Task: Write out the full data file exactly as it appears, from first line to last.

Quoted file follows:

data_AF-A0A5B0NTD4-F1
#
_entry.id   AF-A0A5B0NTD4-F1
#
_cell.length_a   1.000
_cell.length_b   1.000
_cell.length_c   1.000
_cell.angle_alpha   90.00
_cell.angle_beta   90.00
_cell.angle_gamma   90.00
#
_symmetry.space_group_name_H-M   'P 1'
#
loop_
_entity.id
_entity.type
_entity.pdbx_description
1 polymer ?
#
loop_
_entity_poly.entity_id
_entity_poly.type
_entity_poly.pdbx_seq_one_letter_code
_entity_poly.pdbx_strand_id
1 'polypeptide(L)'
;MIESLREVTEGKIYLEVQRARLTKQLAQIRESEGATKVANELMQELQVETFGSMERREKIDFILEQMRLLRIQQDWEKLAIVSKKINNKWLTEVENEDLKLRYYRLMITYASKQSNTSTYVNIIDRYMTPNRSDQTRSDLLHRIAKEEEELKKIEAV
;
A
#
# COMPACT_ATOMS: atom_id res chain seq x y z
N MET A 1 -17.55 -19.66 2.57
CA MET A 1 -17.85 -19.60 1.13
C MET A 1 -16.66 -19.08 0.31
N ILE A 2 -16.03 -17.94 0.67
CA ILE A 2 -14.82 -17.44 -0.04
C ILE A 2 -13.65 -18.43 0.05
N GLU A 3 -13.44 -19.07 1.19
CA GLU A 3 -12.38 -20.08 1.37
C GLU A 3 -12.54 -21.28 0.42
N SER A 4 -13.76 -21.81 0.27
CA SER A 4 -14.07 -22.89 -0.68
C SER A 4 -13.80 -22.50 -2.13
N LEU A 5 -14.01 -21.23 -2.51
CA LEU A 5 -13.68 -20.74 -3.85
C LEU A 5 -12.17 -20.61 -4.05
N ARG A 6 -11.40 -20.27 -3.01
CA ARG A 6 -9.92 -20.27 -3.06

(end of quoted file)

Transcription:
data_AF-A0A5B0NTD4-F1
#
_entry.id   AF-A0A5B0NTD4-F1
#
_cell.length_a   1.000
_cell.length_b   1.000
_cell.length_c   1.000
_cell.angle_alpha   90.00
_cell.angle_beta   90.00
_cell.angle_gamma   90.00
#
_symmetry.space_group_name_H-M   'P 1'
#
loop_
_entity.id
_entity.type
_entity.pdbx_description
1 polymer ?
#
loop_
_entity_poly.entity_id
_entity_poly.type
_entity_poly.pdbx_seq_one_letter_code
_entity_poly.pdbx_strand_id
1 'polypeptide(L)'
;MIESLREVTEGKIYLEVQRARLTKQLAQIRESEGATKVANELMQELQVETFGSMERREKIDFILEQMRLLRIQQDWEKLAIVSKKINNKWLTEVENEDLKLRYYRLMITYASKQSNTSTYVNIIDRYMTPNRSDQTRSDLLHRIAKEEEELKKIEAV
;
A
#
# COMPACT_ATOMS: atom_id res chain seq x y z
N MET A 1 -17.55 -19.66 2.57
CA MET A 1 -17.85 -19.60 1.13
C MET A 1 -16.66 -19.08 0.31
N ILE A 2 -16.03 -17.94 0.67
CA ILE A 2 -14.82 -17.44 -0.04
C ILE A 2 -13.65 -18.43 0.05
N GLU A 3 -13.44 -19.07 1.19
CA GLU A 3 -12.38 -20.08 1.37
C GLU A 3 -12.54 -21.28 0.42
N SER A 4 -13.76 -21.81 0.27
CA SER A 4 -14.07 -22.89 -0.68
C SER A 4 -13.80 -22.50 -2.13
N LEU A 5 -14.01 -21.23 -2.51
CA LEU A 5 -13.68 -20.74 -3.85
C LEU A 5 -12.17 -20.61 -4.05
N ARG A 6 -11.40 -20.27 -3.01
CA ARG A 6 -9.92 -20.27 -3.06